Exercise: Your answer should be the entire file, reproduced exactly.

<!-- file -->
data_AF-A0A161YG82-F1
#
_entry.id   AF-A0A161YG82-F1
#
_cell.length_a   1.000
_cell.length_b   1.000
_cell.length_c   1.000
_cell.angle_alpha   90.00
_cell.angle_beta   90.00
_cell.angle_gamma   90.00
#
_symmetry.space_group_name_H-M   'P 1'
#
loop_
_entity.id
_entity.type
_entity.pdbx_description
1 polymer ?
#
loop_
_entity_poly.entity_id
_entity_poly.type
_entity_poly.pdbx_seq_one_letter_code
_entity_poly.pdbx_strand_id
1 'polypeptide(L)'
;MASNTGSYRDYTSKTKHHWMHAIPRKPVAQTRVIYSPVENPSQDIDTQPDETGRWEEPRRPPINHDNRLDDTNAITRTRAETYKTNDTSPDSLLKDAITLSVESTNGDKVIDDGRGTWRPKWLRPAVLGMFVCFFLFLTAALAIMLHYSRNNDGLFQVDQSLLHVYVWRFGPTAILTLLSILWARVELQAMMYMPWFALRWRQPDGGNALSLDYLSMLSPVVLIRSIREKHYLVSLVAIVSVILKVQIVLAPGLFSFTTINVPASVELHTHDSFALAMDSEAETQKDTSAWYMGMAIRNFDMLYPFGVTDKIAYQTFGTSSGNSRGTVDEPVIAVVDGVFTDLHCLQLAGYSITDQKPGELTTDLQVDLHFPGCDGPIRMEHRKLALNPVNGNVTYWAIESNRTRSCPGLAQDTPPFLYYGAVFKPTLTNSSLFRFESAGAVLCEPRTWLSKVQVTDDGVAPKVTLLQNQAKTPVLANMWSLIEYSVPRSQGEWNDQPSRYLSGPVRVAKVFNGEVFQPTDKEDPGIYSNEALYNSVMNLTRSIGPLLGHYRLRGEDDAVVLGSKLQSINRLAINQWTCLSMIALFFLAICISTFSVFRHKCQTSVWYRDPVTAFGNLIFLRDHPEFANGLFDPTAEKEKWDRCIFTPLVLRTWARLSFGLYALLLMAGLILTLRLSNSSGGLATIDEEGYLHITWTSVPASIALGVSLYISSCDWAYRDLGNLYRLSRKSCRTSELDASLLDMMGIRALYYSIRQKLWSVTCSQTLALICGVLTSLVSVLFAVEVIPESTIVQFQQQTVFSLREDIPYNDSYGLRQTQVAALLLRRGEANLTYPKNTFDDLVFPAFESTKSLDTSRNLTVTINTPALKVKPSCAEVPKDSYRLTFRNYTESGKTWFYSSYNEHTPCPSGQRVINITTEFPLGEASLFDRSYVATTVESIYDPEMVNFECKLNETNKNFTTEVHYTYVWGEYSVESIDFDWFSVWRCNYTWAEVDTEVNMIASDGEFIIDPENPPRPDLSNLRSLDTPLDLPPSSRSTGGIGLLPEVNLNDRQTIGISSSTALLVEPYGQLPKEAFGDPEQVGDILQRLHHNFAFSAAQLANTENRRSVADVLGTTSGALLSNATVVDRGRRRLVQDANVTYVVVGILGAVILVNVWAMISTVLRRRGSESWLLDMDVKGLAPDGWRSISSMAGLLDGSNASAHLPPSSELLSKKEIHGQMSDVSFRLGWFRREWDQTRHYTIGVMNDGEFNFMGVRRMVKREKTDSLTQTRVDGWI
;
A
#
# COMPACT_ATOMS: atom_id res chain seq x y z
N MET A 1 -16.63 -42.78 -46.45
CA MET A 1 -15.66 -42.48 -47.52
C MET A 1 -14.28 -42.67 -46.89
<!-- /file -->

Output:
data_AF-A0A161YG82-F1
#
_entry.id   AF-A0A161YG82-F1
#
_cell.length_a   1.000
_cell.length_b   1.000
_cell.length_c   1.000
_cell.angle_alpha   90.00
_cell.angle_beta   90.00
_cell.angle_gamma   90.00
#
_symmetry.space_group_name_H-M   'P 1'
#
loop_
_entity.id
_entity.type
_entity.pdbx_description
1 polymer ?
#
loop_
_entity_poly.entity_id
_entity_poly.type
_entity_poly.pdbx_seq_one_letter_code
_entity_poly.pdbx_strand_id
1 'polypeptide(L)'
;MASNTGSYRDYTSKTKHHWMHAIPRKPVAQTRVIYSPVENPSQDIDTQPDETGRWEEPRRPPINHDNRLDDTNAITRTRAETYKTNDTSPDSLLKDAITLSVESTNGDKVIDDGRGTWRPKWLRPAVLGMFVCFFLFLTAALAIMLHYSRNNDGLFQVDQSLLHVYVWRFGPTAILTLLSILWARVELQAMMYMPWFALRWRQPDGGNALSLDYLSMLSPVVLIRSIREKHYLVSLVAIVSVILKVQIVLAPGLFSFTTINVPASVELHTHDSFALAMDSEAETQKDTSAWYMGMAIRNFDMLYPFGVTDKIAYQTFGTSSGNSRGTVDEPVIAVVDGVFTDLHCLQLAGYSITDQKPGELTTDLQVDLHFPGCDGPIRMEHRKLALNPVNGNVTYWAIESNRTRSCPGLAQDTPPFLYYGAVFKPTLTNSSLFRFESAGAVLCEPRTWLSKVQVTDDGVAPKVTLLQNQAKTPVLANMWSLIEYSVPRSQGEWNDQPSRYLSGPVRVAKVFNGEVFQPTDKEDPGIYSNEALYNSVMNLTRSIGPLLGHYRLRGEDDAVVLGSKLQSINRLAINQWTCLSMIALFFLAICISTFSVFRHKCQTSVWYRDPVTAFGNLIFLRDHPEFANGLFDPTAEKEKWDRCIFTPLVLRTWARLSFGLYALLLMAGLILTLRLSNSSGGLATIDEEGYLHITWTSVPASIALGVSLYISSCDWAYRDLGNLYRLSRKSCRTSELDASLLDMMGIRALYYSIRQKLWSVTCSQTLALICGVLTSLVSVLFAVEVIPESTIVQFQQQTVFSLREDIPYNDSYGLRQTQVAALLLRRGEANLTYPKNTFDDLVFPAFESTKSLDTSRNLTVTINTPALKVKPSCAEVPKDSYRLTFRNYTESGKTWFYSSYNEHTPCPSGQRVINITTEFPLGEASLFDRSYVATTVESIYDPEMVNFECKLNETNKNFTTEVHYTYVWGEYSVESIDFDWFSVWRCNYTWAEVDTEVNMIASDGEFIIDPENPPRPDLSNLRSLDTPLDLPPSSRSTGGIGLLPEVNLNDRQTIGISSSTALLVEPYGQLPKEAFGDPEQVGDILQRLHHNFAFSAAQLANTENRRSVADVLGTTSGALLSNATVVDRGRRRLVQDANVTYVVVGILGAVILVNVWAMISTVLRRRGSESWLLDMDVKGLAPDGWRSISSMAGLLDGSNASAHLPPSSELLSKKEIHGQMSDVSFRLGWFRREWDQTRHYTIGVMNDGEFNFMGVRRMVKREKTDSLTQTRVDGWI
;
A
#
# COMPACT_ATOMS: atom_id res chain seq x y z
N MET A 1 -16.63 -42.78 -46.45
CA MET A 1 -15.66 -42.48 -47.52
C MET A 1 -14.28 -42.67 -46.89